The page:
Among other recommendations, A Fire Upon the Deep appeared on io9’s “Twenty Science Fiction Novels that Will Change Your Life” post and after Newton’s Wake, I thought it would be a chance for that list to redeem itself a little. Though far from life-changing, this story is strong and plays with a number of interesting tropes in novel and intriguing ways. The notion of an interstellar (intergalactic?) apprenticeship program for librarians/systems administrators is a fascinating one, but you can also tell that it’s just the long-leash to guide the rest of the story.
I take some fractional points off for some minor quibbles I have:
- For such a lush space opera, sometimes Vinge’s prose can be a little wooden. There are some italicized thoughts here and there which—whether they’re an acceptable literary convention or not—don’t seem to add anything except a break in the rhythm.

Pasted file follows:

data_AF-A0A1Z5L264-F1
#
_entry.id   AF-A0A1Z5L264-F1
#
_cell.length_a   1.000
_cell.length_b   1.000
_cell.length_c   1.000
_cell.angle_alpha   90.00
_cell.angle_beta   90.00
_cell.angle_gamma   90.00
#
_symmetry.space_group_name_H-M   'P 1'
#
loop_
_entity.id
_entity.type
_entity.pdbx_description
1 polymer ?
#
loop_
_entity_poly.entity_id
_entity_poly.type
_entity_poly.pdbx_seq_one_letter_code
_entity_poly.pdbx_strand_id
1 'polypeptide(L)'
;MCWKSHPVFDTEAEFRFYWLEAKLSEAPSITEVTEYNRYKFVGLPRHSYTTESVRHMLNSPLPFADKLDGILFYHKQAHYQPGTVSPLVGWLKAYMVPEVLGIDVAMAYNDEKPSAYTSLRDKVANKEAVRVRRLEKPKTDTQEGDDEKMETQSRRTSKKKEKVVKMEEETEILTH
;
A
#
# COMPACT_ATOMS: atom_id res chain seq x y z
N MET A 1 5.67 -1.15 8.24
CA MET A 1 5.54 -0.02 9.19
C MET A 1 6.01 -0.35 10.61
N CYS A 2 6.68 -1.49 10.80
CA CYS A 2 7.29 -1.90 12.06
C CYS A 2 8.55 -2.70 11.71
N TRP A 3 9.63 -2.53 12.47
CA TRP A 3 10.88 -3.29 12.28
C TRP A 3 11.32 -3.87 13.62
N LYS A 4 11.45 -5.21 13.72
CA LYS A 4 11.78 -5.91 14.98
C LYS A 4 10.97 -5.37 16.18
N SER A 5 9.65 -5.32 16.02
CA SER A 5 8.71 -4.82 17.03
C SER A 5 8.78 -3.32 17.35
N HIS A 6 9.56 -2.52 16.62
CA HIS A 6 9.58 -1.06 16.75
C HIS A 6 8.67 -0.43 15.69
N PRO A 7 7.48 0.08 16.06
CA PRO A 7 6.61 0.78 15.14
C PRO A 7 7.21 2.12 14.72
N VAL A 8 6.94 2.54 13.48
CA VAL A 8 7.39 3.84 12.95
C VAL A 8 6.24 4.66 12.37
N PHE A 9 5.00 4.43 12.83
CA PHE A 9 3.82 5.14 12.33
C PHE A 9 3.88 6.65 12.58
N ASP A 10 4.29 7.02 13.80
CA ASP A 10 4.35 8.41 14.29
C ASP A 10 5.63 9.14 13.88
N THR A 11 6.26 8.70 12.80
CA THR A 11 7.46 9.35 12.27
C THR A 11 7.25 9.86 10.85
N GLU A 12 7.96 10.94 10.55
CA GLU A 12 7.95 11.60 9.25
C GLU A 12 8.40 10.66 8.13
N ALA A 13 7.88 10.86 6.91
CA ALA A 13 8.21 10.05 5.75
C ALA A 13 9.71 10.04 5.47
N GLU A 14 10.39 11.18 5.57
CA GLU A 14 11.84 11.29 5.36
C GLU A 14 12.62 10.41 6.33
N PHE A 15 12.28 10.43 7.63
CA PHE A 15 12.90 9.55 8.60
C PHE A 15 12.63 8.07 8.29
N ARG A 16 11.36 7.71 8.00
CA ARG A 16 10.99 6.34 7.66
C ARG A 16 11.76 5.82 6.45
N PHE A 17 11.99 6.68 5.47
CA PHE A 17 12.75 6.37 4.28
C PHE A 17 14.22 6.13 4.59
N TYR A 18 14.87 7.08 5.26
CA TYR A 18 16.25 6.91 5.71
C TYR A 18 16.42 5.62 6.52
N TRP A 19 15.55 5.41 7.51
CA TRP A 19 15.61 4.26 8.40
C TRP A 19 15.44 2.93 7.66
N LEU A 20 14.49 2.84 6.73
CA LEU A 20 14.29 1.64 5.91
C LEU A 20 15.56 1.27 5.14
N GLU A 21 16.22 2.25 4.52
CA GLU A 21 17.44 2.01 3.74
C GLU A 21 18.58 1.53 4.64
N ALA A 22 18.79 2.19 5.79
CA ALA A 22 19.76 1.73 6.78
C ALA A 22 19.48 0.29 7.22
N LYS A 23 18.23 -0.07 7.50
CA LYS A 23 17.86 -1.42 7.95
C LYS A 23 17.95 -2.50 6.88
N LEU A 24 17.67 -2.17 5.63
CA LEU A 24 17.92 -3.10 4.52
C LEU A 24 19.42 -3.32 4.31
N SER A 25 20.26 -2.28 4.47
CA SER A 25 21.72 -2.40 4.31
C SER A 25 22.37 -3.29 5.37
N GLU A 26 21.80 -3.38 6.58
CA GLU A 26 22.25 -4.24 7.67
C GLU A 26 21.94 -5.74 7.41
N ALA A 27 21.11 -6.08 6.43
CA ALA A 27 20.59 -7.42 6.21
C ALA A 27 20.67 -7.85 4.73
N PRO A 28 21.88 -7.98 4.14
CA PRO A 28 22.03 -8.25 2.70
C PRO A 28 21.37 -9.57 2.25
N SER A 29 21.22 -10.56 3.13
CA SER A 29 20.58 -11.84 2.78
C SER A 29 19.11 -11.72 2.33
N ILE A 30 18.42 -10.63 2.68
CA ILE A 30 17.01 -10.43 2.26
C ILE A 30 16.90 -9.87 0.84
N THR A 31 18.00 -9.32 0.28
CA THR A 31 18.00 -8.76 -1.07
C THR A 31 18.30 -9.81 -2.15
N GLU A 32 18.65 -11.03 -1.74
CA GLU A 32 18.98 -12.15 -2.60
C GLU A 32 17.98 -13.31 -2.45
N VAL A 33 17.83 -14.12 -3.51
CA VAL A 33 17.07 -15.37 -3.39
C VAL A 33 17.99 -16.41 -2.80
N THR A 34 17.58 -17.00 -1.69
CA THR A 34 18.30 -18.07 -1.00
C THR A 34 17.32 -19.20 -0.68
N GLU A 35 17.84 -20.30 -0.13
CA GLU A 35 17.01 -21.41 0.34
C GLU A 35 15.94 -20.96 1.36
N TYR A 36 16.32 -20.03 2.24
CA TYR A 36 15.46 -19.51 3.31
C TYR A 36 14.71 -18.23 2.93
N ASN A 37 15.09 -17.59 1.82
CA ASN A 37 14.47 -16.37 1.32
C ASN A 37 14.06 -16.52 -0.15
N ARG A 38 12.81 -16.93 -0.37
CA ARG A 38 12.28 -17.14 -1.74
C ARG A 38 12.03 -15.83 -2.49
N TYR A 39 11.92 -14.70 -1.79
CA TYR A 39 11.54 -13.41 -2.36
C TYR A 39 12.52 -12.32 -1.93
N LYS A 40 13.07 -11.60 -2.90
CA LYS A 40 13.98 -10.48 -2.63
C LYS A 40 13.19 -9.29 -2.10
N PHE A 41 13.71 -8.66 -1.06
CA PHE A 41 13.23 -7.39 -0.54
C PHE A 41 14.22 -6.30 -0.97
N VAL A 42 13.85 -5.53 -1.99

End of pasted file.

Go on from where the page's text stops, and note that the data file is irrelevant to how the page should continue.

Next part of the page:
- The Prologue is nearly Baroque in its inflated style, and I rolled my eyes a bit.
Thought ceased for a moment as a shadow passed across the nodes they used. The overness was already greater than anything human, greater than anything humans could imagine.
*sigh* If you must…
- Conversely, the climax and denouement seem almost to fall flat. Not quite Stephensonian, but… after all that build-up: that’s it?
- And as with any space opera (and/or epic fantasy)… there’s so much tedious traveling.
But what Vinge gets right (i.e., everything else) he seems to really nail. The io9 piece calls A Fire Upon the Deep “quite simply one of the most inventive, astonishing, and humane space operas you’ll ever read”—and I’d agree with that. The epic scope, the alienness of the aliens, and the willingness to pen such a weird portrait of the imagined universe—it all adds up to a very compelling and rewarding read.
- See also, my review on Goodreads.com. [↩]
- Esp. Vinge’s treatment of the commoditized interstellar communications network. [↩]
- Though, truth be told: everyone in the universe seems to operate in a pretty narrowly defined and very human economic system. There’s nothing alien about mercantilism and venture capitalism. [↩]